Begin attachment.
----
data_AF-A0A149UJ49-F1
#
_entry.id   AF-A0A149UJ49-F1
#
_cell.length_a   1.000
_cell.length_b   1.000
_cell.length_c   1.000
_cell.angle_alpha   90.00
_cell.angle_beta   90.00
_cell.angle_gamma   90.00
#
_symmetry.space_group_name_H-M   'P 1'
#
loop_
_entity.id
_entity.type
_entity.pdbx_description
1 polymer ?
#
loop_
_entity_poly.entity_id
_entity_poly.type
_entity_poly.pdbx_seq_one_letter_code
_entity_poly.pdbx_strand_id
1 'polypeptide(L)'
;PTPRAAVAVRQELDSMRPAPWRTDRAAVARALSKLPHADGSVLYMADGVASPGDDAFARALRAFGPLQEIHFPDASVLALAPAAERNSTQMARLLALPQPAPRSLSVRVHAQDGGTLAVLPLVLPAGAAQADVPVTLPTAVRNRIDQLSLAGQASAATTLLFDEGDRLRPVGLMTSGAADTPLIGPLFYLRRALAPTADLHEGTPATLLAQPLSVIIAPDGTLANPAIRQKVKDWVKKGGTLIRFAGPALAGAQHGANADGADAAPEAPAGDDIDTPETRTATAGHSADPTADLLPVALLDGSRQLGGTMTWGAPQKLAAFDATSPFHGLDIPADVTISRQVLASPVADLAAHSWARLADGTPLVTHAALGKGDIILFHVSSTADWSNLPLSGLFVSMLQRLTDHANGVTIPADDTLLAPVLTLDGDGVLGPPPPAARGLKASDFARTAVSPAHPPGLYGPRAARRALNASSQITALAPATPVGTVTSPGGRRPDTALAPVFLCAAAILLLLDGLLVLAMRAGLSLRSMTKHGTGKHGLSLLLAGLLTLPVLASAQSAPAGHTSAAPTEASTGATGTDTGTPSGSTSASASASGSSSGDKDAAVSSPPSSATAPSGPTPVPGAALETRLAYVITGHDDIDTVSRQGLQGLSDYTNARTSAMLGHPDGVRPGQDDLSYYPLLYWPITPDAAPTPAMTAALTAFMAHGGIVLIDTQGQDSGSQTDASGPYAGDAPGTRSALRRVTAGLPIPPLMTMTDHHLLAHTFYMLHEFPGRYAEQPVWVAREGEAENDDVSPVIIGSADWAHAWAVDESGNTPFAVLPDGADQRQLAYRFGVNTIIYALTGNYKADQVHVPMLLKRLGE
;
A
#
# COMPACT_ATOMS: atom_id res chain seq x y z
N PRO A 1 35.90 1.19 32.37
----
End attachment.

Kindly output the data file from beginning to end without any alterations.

data_AF-A0A149UJ49-F1
#
_entry.id   AF-A0A149UJ49-F1
#
_cell.length_a   1.000
_cell.length_b   1.000
_cell.length_c   1.000
_cell.angle_alpha   90.00
_cell.angle_beta   90.00
_cell.angle_gamma   90.00
#
_symmetry.space_group_name_H-M   'P 1'
#
loop_
_entity.id
_entity.type
_entity.pdbx_description
1 polymer ?
#
loop_
_entity_poly.entity_id
_entity_poly.type
_entity_poly.pdbx_seq_one_letter_code
_entity_poly.pdbx_strand_id
1 'polypeptide(L)'
;PTPRAAVAVRQELDSMRPAPWRTDRAAVARALSKLPHADGSVLYMADGVASPGDDAFARALRAFGPLQEIHFPDASVLALAPAAERNSTQMARLLALPQPAPRSLSVRVHAQDGGTLAVLPLVLPAGAAQADVPVTLPTAVRNRIDQLSLAGQASAATTLLFDEGDRLRPVGLMTSGAADTPLIGPLFYLRRALAPTADLHEGTPATLLAQPLSVIIAPDGTLANPAIRQKVKDWVKKGGTLIRFAGPALAGAQHGANADGADAAPEAPAGDDIDTPETRTATAGHSADPTADLLPVALLDGSRQLGGTMTWGAPQKLAAFDATSPFHGLDIPADVTISRQVLASPVADLAAHSWARLADGTPLVTHAALGKGDIILFHVSSTADWSNLPLSGLFVSMLQRLTDHANGVTIPADDTLLAPVLTLDGDGVLGPPPPAARGLKASDFARTAVSPAHPPGLYGPRAARRALNASSQITALAPATPVGTVTSPGGRRPDTALAPVFLCAAAILLLLDGLLVLAMRAGLSLRSMTKHGTGKHGLSLLLAGLLTLPVLASAQSAPAGHTSAAPTEASTGATGTDTGTPSGSTSASASASGSSSGDKDAAVSSPPSSATAPSGPTPVPGAALETRLAYVITGHDDIDTVSRQGLQGLSDYTNARTSAMLGHPDGVRPGQDDLSYYPLLYWPITPDAAPTPAMTAALTAFMAHGGIVLIDTQGQDSGSQTDASGPYAGDAPGTRSALRRVTAGLPIPPLMTMTDHHLLAHTFYMLHEFPGRYAEQPVWVAREGEAENDDVSPVIIGSADWAHAWAVDESGNTPFAVLPDGADQRQLAYRFGVNTIIYALTGNYKADQVHVPMLLKRLGE
;
A
#
# COMPACT_ATOMS: atom_id res chain seq x y z
N PRO A 1 35.90 1.19 32.37